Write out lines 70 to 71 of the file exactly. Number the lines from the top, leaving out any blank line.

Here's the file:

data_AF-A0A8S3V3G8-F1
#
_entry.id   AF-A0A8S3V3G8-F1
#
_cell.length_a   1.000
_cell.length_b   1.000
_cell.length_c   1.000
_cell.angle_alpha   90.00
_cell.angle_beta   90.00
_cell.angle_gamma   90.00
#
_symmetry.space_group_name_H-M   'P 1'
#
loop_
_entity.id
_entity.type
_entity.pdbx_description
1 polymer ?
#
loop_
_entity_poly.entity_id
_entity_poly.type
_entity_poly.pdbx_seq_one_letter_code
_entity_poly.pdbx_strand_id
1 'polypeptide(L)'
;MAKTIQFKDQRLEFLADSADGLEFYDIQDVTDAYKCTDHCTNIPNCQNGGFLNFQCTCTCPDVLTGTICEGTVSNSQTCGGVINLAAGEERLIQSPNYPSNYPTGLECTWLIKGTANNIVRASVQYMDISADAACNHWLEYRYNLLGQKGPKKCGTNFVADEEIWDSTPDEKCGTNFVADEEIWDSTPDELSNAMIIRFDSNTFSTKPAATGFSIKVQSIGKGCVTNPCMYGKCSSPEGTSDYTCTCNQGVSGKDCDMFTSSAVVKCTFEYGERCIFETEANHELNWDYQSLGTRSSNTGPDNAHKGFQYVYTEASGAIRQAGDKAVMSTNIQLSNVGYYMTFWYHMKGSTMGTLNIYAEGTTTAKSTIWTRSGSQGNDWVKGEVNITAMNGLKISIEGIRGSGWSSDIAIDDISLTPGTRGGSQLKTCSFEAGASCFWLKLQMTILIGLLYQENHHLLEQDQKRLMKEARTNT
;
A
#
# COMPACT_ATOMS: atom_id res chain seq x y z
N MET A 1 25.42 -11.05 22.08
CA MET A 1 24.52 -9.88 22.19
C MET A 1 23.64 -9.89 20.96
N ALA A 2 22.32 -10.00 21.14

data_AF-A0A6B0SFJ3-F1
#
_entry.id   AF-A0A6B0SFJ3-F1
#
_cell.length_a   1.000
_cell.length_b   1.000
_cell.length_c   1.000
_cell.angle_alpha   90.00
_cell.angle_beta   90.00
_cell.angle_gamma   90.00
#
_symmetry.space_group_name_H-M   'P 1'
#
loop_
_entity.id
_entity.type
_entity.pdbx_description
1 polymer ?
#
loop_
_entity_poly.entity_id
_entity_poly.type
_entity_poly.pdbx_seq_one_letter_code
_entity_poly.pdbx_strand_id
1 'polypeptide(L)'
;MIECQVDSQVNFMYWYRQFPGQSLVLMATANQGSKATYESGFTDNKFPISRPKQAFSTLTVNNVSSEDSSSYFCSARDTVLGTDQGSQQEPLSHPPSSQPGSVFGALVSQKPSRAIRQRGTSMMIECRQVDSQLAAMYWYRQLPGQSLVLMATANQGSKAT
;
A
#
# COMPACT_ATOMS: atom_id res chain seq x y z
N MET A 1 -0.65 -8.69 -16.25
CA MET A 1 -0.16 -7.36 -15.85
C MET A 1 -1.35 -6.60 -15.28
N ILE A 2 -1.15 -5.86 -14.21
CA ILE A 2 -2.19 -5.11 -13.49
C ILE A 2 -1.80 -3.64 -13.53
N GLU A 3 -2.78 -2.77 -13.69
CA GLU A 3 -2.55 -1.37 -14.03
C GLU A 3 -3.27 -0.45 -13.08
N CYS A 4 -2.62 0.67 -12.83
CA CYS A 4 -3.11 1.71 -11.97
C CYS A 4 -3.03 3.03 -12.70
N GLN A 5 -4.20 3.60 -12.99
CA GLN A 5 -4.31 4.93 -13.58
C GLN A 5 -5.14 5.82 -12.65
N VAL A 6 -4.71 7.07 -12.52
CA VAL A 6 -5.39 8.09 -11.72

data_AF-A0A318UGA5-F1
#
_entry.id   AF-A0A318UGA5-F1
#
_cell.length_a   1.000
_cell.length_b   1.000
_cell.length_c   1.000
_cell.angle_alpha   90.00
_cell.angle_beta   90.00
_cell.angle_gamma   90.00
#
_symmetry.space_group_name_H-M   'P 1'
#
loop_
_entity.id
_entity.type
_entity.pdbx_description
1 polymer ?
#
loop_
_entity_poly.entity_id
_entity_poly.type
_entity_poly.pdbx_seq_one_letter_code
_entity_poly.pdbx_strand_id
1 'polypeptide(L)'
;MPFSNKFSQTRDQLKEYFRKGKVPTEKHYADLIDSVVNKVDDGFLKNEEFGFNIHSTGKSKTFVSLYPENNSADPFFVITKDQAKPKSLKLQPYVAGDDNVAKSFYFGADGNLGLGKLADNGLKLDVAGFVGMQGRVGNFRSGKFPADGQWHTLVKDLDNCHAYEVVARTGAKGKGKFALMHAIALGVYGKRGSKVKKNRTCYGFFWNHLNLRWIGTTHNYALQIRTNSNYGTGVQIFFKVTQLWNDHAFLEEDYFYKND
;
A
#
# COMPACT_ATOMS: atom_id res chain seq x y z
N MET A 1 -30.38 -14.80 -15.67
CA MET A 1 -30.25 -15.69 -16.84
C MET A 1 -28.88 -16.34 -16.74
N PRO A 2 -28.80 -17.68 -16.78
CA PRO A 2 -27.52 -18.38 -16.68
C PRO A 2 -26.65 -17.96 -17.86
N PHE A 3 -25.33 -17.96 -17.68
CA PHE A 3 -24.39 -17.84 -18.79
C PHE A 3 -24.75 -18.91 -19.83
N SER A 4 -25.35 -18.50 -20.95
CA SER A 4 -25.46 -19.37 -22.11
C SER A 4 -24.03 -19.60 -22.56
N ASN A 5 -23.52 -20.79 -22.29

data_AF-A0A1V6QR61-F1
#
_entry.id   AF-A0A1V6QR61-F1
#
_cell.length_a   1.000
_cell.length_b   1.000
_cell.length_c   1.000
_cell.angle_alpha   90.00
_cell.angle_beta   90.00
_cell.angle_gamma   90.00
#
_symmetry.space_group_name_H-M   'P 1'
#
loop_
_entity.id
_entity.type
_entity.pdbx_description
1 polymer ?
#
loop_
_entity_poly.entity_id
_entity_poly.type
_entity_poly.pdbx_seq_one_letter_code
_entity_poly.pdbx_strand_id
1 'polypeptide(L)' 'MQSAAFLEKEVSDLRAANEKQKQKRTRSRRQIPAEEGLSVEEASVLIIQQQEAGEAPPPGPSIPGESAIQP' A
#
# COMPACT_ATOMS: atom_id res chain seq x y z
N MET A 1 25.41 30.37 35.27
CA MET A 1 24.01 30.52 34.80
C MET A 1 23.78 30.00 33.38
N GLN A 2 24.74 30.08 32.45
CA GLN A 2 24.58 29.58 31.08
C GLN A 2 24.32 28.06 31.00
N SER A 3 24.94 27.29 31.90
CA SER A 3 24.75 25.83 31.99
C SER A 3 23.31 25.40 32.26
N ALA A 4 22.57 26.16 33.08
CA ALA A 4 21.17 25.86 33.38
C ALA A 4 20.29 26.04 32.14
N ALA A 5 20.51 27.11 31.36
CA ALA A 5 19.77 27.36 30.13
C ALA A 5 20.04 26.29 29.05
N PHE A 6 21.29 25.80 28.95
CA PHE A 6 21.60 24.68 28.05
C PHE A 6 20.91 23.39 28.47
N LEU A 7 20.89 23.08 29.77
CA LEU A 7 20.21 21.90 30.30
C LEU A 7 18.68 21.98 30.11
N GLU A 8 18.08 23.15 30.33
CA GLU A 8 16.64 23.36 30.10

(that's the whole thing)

C ILE A 2 -1.80 -3.64 -13.53
N GLU A 3 -2.78 -2.77 -13.69